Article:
Within our communities and our movements we seek to hold each other and ourselves accountable for the violence we enact on our own and other’s bodies and spirits. We hold space for and validate rage, sadness, pain, confusion, despair, withdrawal and whatever other reactions having violence enacted on our bodies and spirits might elicit. We work to call folks in (but more often call them out) for enacting said violence on our bodies and spirits. At the end of the day, though, there is an understanding that despite our best efforts, everyone has, does, and will continue to fuck up.
We condemn and resist the state for the violence they enact on our communities and the ways we act as agents of the state (knowingly and unknowingly) by perpetuating, enforcing, and/or dismissing various forms of oppression.
We condemn and resist the violence that is anti-Blackness, xenophobia, Islamo-racism, classism, ableism, femmephobia, heterosexism, and transmisogyny at an interpersonal, institutional, and ideological level.
We also condemn and resist capitalism, prisons, the gender binary, militarism, the police, imperialism, and borders as violent. And rightly so.
At some point, I accepted that for me to enact physical or sexual violence, or to have that violence enacted on me, was the most shameful and reprehensible violence that could exist. I am working to critique that notion, one that now seems to be dripping with white feminist bullshit, and to problematize the hierarchy of violence that we continue to reinforce.
Who decided that capitalism is more or less violent than physical abuse? And why do we insist on ranking the severity of a particular form of violence on an arbitrary scale? If we recognize that hierarchies can be in and of themselves violent, we must also recognize that understanding violence within a hierarchical framework will not serve us.
Unconsciously, I had accepted that some forms of violence were worse than others and subsequently learned to rank the trauma I experienced arbitrarily. The most violent “offenders”, were those who had sexually assaulted me. Just below them, I placed a former partner who was both verbally and emotionally abusive, but only put their hands on me once. Next, white folks, mostly from my hometown, who decided they were drunk or reckless or hateful enough to finally shout out the racial slurs they’d been wanting to call me all along. And the folks who threatened to harm my family because we were Black folks who didn’t belong in their colonial white town. Then maybe the friends, family, and school administrators who told me my queerness was dangerous, unacceptable, disgusting, etc. Then maybe a particular experience with someone on the train who told me I should have been murdered with everyone else in Orlando. After, men who sexually harassed me when I went out, cat-called me when I walked past, and followed me asking for my number and making sure I knew I was a bitch when I refused. Sometimes I threw my own self-harm in there. Microagressessions fell somewhere near the bottom, no matter which identities they targeted.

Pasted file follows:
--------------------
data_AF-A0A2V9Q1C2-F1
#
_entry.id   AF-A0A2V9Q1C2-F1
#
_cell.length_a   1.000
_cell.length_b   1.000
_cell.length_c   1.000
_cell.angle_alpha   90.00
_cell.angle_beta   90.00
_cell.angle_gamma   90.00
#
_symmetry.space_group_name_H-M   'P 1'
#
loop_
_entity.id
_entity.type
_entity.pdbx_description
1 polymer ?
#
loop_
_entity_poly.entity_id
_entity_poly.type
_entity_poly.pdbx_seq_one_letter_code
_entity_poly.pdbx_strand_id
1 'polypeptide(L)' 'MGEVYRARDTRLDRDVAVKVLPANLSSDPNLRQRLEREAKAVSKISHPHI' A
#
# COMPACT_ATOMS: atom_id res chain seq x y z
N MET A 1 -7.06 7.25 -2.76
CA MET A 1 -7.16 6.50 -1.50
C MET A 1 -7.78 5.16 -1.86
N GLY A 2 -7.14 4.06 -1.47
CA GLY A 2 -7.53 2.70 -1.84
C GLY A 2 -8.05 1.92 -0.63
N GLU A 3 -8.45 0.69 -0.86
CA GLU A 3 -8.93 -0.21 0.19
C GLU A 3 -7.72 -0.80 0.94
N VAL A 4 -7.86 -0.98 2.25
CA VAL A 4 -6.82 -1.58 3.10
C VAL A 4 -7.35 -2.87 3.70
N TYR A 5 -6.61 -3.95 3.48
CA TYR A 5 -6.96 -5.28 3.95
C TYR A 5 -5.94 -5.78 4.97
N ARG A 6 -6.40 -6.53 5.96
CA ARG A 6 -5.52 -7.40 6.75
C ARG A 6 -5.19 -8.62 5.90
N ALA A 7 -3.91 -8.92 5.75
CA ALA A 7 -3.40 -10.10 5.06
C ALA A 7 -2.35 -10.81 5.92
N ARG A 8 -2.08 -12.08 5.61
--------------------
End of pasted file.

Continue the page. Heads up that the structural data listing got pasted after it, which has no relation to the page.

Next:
So experiences with sexual assault were more violent than racism. And street harassment was less violent than homophobic bullshit.
But why? And when the hell did I accept that’s just the way it was? Honestly, my experiences with racism were much more traumatic for me than my experiences with sexual assault, but because I had accepted sexual violence was the most extreme form of violence, I invalidated my own experience and downplayed the trauma it brought up for me.
I ranked the violence I enacted on a similar scale. If most of the violence I enacted fell within the “less violent” categories, I could tell myself I really wasn’t that violent and I was much better than the folks who were.
Doing so shifted my focus away from the much more systemic violence that I and others experience and caused me to recognize individual violence as more violent than anything else. It allowed me to minimize the impact of the violence I enact or have enacted by living on occupied land. Or polluting the environment. Or perpetuating ableist bullshit. Or dismissing folks experiencing homelessness. Or reinforcing the gender binary. It encouraged me to disregard the importance of working to end violence in all forms, not just in forms we have been conditioned to see as “more violent”.